In her second collection of poems, Carol Prejean Zippert continues to explore the intersecting worlds she inhabits as a woman, a wife and mother, an educator, an African American, a Southerner, a community activist, and a writer. Zippert has a rich, musical voice in her poetry, and she is never afraid of her emotions. She lets her readers share her joys as well as her sorrows, her curiosity as well as her certainty.
“I wish I could tell you my fears,” she writes, “but the trouble is all in my mind.” It’s to her credit that she so effortlessly invites us inside this creative mind, which draws insights from topics ranging from the mundane acts of daily life (brewing coffee, raking the yard) to the broad sweep of history (the legacy of Malcolm X, the promised-but-not-delivered forty acres and a mule), to the many faces and expressions of love and faith.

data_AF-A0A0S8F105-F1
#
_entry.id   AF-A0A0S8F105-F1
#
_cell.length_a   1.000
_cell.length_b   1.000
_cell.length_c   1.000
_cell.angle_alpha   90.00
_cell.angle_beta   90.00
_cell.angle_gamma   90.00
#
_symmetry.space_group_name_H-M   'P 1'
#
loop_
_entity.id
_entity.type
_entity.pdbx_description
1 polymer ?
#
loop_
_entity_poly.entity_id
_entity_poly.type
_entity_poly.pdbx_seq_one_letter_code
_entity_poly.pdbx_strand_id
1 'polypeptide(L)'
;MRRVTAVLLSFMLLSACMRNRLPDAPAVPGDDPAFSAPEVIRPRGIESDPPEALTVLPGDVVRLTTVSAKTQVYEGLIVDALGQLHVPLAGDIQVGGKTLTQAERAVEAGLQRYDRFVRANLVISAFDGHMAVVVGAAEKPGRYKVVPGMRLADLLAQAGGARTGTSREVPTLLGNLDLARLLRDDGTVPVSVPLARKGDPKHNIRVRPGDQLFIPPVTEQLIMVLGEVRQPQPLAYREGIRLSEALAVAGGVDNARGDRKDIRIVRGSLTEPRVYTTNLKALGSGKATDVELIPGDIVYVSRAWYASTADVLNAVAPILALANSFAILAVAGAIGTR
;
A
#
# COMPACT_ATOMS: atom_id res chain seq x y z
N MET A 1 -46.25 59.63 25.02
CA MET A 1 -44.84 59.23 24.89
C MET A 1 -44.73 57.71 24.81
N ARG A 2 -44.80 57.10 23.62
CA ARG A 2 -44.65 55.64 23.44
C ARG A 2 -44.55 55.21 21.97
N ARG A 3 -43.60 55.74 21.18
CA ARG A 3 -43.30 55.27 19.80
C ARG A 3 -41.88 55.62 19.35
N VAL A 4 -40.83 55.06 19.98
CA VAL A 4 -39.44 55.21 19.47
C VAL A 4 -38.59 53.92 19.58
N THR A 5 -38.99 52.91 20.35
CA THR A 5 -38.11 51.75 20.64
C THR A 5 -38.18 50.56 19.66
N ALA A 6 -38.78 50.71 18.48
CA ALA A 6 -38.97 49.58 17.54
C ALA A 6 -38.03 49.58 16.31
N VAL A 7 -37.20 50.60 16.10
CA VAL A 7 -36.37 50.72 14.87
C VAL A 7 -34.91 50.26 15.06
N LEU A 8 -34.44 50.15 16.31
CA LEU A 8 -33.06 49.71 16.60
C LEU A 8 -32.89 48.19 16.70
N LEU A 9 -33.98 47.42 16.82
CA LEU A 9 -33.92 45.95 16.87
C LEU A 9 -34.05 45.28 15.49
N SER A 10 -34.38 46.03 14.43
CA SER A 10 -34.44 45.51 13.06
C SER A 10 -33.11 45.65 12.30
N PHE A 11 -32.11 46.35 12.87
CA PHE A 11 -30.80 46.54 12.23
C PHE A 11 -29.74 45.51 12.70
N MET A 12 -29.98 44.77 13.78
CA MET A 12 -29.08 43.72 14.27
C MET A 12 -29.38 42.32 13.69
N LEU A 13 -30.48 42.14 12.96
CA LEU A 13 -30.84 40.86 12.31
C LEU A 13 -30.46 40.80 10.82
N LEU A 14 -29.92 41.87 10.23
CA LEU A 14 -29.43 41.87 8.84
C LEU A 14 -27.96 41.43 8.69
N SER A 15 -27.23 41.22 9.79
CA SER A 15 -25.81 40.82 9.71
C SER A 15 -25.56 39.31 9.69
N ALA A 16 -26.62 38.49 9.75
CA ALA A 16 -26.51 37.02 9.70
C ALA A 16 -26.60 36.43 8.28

When she writes, “Is she that gift to me, coming into / my home, reminding that the greatest / treasures of our world are still found / in the simplest acts of love?,” Zippert is speaking of the bird that has built a nest in her garage, but she might also be describing these poems she has carefully constructed and delivered to her readers.